Yoga reconnects veterans with their inner warriors

FlyDog Yoga studio, co-owned by Brad Whiteman, will start offering Warrior for Life classes next month. The classes are tailored to the needs of veterans, active-duty military personnel and first-responders. Photo by Natalie Jacobsen FlyDog Yoga studio, co-owned by Brad Whiteman, will start offering Warrior for Life classes next month. The classes are tailored to the needs of veterans, active-duty military personnel and first-responders. Photo by Natalie Jacobsen

When veterans and first responders look for therapy and support to get them through their day-to-day lives, yoga is not typically the first thing that comes to mind. But a recovery program at FlyDog Yoga is shifting that perspective.

Brad and Eliza Whiteman founded FlyDog Yoga in 2014, focusing on vinyasa power yoga as Eliza is a formerly trained Baptiste teacher. After serving 10 years of active duty in the U.S. Army as a special forces officer, Brad noticed that he had developed a short temper and his body was acting much older than it should; stresses that he attributes to his time in the military. He began regularly practicing yoga, and quickly noticed a dramatic improvement in his body, mind and spirit. He knew healing through yoga would be invaluable to other veterans working through their own transitions into civilian life. In 2016, the yogi duo offered complimentary Warrior for Life classes to former and current military personnel. Starting next month, FlyDog Yoga will offer veteran and current military-only and first responder-only classes to help put people on a better path to recovery.

The reality for many veterans includes post-traumatic stress disorder, injuries, regular visits to Veterans Affairs and a loss of brotherhood and sisterhood. The FlyDog program focuses on integrating veterans back into society while highlighting physical, mental and emotional health.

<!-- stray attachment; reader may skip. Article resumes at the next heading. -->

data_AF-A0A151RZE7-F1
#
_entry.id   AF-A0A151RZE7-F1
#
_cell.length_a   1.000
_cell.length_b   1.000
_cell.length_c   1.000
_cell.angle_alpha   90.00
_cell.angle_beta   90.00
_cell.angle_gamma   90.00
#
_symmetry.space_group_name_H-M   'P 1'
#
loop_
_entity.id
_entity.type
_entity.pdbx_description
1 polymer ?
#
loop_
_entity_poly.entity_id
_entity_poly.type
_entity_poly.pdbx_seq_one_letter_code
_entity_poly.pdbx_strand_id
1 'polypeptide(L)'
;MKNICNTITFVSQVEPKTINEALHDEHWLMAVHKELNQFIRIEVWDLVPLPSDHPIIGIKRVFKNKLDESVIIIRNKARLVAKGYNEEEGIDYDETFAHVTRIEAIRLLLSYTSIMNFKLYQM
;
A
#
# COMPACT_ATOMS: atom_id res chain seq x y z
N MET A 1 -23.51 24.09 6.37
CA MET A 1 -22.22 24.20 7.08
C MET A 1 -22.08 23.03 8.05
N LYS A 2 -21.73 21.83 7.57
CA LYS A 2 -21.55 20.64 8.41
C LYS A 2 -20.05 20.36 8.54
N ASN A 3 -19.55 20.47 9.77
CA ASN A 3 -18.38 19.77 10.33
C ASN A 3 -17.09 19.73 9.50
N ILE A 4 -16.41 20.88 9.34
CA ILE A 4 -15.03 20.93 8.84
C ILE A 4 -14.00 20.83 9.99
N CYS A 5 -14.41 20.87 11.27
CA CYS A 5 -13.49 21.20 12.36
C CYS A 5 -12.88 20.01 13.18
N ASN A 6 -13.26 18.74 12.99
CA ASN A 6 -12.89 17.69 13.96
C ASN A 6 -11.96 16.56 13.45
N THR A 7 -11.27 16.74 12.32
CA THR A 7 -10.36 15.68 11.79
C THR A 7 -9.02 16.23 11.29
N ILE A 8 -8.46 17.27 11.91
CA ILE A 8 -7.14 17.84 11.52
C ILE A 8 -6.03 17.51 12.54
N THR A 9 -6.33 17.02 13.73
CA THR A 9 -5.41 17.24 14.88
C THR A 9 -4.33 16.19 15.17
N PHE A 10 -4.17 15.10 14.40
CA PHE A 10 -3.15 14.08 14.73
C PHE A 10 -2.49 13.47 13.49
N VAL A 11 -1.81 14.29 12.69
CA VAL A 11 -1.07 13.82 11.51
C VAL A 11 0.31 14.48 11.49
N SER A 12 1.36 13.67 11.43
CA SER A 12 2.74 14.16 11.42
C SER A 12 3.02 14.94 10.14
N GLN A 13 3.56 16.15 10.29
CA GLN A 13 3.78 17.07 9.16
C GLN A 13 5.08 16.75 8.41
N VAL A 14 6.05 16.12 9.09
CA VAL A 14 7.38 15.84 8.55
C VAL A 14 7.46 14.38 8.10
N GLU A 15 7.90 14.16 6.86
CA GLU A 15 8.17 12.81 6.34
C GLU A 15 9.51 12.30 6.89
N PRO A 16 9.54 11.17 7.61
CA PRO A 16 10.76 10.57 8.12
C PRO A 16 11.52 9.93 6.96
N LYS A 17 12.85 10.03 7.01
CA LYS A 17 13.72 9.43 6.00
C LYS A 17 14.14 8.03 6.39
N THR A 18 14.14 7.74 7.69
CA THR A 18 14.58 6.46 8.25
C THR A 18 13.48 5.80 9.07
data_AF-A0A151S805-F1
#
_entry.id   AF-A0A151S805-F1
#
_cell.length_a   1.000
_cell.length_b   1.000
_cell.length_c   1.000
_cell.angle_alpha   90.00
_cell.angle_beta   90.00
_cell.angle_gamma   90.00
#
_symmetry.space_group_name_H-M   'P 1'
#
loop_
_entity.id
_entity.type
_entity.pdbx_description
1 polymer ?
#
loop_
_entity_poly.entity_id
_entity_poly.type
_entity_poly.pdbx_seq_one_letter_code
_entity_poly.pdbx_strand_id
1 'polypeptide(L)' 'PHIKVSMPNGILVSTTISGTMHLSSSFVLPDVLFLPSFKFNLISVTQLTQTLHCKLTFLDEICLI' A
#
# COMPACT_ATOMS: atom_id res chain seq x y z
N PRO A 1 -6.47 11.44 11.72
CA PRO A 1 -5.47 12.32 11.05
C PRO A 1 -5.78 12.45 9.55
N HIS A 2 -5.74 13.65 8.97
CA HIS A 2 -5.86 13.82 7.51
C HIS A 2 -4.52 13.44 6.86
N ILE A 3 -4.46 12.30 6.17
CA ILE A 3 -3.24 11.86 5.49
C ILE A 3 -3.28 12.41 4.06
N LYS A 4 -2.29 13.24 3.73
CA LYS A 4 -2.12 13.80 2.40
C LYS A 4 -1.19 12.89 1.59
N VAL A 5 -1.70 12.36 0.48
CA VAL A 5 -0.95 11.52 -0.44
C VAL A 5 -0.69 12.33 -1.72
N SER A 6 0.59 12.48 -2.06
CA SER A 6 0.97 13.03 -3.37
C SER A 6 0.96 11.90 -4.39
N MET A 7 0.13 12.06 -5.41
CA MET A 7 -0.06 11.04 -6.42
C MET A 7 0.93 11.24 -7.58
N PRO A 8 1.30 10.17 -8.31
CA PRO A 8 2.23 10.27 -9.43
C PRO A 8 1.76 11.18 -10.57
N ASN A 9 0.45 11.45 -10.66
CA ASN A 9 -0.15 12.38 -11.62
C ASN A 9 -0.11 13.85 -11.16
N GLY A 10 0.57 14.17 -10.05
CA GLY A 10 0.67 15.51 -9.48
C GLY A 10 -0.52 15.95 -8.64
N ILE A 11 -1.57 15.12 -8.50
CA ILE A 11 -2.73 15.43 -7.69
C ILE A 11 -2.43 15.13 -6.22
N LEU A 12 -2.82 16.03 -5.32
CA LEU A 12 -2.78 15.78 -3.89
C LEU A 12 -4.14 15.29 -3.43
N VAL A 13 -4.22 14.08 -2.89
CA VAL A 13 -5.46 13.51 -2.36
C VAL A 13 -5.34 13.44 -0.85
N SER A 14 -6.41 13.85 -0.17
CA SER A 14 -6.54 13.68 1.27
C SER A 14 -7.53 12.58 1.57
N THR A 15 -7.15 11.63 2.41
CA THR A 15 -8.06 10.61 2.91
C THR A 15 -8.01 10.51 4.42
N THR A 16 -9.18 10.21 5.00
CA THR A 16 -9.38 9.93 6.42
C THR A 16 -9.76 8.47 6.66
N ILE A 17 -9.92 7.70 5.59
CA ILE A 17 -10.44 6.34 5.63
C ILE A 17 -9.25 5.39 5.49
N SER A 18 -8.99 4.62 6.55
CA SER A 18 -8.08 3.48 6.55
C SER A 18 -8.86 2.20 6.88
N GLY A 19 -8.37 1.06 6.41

The goal of the class is to “loosen up the body and bring a new awareness of body and breath,” according to the class description. Vinyasa power yoga is a more taxing, strength-building type of practice that promotes introspective healing, and the classes are geared toward trauma-sensitive techniques, including not walking behind the students or using touch adjustments, to make students feel more comfortable.

Before finding yoga, Brad Whiteman says veterans often try other therapies or use alcohol and drugs to self-medicate after returning to civilian life. He says many of his students come to that first yoga class only because they feel like they’ve run out of options.

“When I first started, the idea of closing my eyes and meditating…I wasn’t ready
to spend that much time alone with my thoughts,”
says Rob Plagmann, a former United States Marine Corps officer and FlyDog Yoga student.

Shane Dennis is also a FlyDog student and veteran, who was in the same special forces unit as Whiteman. He found yoga as a way to beat the depression he felt after leaving the tight-knit Army community.

“That physical and mental challenge is what’s going to inspire and motivate and ignite them onto a new, better path,” Whiteman says. “You’re coming in here, you’re taking care of yourself, you’re taking steps to take care of yourself physically, emotionally, mentally, and now it’s our responsibility to reach out and strongly encourage those that aren’t taking those same steps for themselves.”

Plagmann began his yoga recovery as one of Eliza Whiteman’s students and continued to attend her classes since she was the one he trusted most with his story.

“I’ll never forget that first class,” Plagmann says. “I had a couple of moments of just absolute stillness in my mind, and I made a choice to believe that was possible on a much larger scale.”

His experience with FlyDog inspired him to make other changes, such as becoming a volunteer yoga instructor for veterans in northern Virginia. Before finding his solace and strength in a yoga studio, Plagmann was an active-duty Marine who struggled with addiction, and he says he was on the brink of suicide. He tells his students to contact him any time of day because he knows exactly what runs through their minds.

“I know how scary it is to be okay with the idea that you’re going to take your own life,” Plagmann says. “A lot of these veterans haven’t taken the opportunity to trust anybody, and I’m going to put myself in that position of trust and in a position of leadership, even if it’s just as a yoga instructor.”

The Whitemans hope FlyDog Yoga’s Warrior for Life program continues to grow, because they know the benefits of establishing diverse, supportive networks for the veteran, current military and first-responder community. “With yoga in particular, sometimes you only get one chance with people,” Whiteman says.

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